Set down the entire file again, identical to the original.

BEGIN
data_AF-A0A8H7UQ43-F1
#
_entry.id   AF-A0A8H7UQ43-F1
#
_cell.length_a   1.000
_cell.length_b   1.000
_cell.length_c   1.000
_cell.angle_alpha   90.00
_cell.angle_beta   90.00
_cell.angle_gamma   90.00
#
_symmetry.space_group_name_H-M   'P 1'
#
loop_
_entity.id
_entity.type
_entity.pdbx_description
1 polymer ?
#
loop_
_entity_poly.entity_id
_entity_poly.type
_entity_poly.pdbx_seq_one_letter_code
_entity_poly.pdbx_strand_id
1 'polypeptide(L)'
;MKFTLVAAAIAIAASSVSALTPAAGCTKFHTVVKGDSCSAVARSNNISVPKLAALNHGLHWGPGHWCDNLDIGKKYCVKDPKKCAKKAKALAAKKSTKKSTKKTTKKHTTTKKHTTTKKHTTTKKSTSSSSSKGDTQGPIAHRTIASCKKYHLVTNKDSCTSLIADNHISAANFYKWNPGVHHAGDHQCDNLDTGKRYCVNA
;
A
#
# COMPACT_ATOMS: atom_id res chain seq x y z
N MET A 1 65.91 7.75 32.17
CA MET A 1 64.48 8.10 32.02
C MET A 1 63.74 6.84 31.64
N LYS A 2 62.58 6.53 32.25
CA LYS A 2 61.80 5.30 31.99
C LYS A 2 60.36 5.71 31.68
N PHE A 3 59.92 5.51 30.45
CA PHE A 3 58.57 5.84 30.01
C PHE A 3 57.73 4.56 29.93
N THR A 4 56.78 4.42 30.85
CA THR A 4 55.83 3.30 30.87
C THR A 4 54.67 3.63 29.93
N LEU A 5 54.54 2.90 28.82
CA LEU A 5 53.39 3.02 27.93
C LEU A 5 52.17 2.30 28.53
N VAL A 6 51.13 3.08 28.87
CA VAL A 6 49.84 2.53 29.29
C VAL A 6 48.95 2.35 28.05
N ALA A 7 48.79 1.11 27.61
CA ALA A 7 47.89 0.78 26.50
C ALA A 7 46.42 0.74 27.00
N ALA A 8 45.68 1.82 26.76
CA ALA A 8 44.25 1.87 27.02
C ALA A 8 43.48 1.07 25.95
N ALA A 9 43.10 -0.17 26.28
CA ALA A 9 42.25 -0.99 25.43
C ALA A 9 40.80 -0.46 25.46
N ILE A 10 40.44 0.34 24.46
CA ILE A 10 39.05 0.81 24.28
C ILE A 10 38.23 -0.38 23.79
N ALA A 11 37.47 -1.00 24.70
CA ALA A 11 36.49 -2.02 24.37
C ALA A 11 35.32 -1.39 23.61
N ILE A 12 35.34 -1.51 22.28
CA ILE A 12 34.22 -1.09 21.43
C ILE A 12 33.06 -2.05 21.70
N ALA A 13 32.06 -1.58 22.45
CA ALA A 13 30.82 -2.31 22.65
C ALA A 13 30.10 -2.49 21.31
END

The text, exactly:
data_AF-A0A8H7UQ43-F1
#
_entry.id   AF-A0A8H7UQ43-F1
#
_cell.length_a   1.000
_cell.length_b   1.000
_cell.length_c   1.000
_cell.angle_alpha   90.00
_cell.angle_beta   90.00
_cell.angle_gamma   90.00
#
_symmetry.space_group_name_H-M   'P 1'
#
loop_
_entity.id
_entity.type
_entity.pdbx_description
1 polymer ?
#
loop_
_entity_poly.entity_id
_entity_poly.type
_entity_poly.pdbx_seq_one_letter_code
_entity_poly.pdbx_strand_id
1 'polypeptide(L)'
;MKFTLVAAAIAIAASSVSALTPAAGCTKFHTVVKGDSCSAVARSNNISVPKLAALNHGLHWGPGHWCDNLDIGKKYCVKDPKKCAKKAKALAAKKSTKKSTKKTTKKHTTTKKHTTTKKHTTTKKSTSSSSSKGDTQGPIAHRTIASCKKYHLVTNKDSCTSLIADNHISAANFYKWNPGVHHAGDHQCDNLDTGKRYCVNA
;
A
#
# COMPACT_ATOMS: atom_id res chain seq x y z
N MET A 1 65.91 7.75 32.17
CA MET A 1 64.48 8.10 32.02
C MET A 1 63.74 6.84 31.64
N LYS A 2 62.58 6.53 32.25
CA LYS A 2 61.80 5.30 31.99
C LYS A 2 60.36 5.71 31.68
N PHE A 3 59.92 5.51 30.45
CA PHE A 3 58.57 5.84 30.01
C PHE A 3 57.73 4.56 29.93
N THR A 4 56.78 4.42 30.85
CA THR A 4 55.83 3.30 30.87
C THR A 4 54.67 3.63 29.93
N LEU A 5 54.54 2.90 28.82
CA LEU A 5 53.39 3.02 27.93
C LEU A 5 52.17 2.30 28.53
N VAL A 6 51.13 3.08 28.87
CA VAL A 6 49.84 2.53 29.29
C VAL A 6 48.95 2.35 28.05
N ALA A 7 48.79 1.11 27.61
CA ALA A 7 47.89 0.78 26.50
C ALA A 7 46.42 0.74 27.00
N ALA A 8 45.68 1.82 26.76
CA ALA A 8 44.25 1.87 27.02
C ALA A 8 43.48 1.07 25.95
N ALA A 9 43.10 -0.17 26.28
CA ALA A 9 42.25 -0.99 25.43
C ALA A 9 40.80 -0.46 25.46
N ILE A 10 40.44 0.34 24.46
CA ILE A 10 39.05 0.81 24.28
C ILE A 10 38.23 -0.38 23.79
N ALA A 11 37.47 -1.00 24.70
CA ALA A 11 36.49 -2.02 24.37
C ALA A 11 35.32 -1.39 23.61
N ILE A 12 35.34 -1.51 22.28
CA ILE A 12 34.22 -1.09 21.43
C ILE A 12 33.06 -2.05 21.70
N ALA A 13 32.06 -1.58 22.45
CA ALA A 13 30.82 -2.31 22.65
C ALA A 13 30.10 -2.49 21.31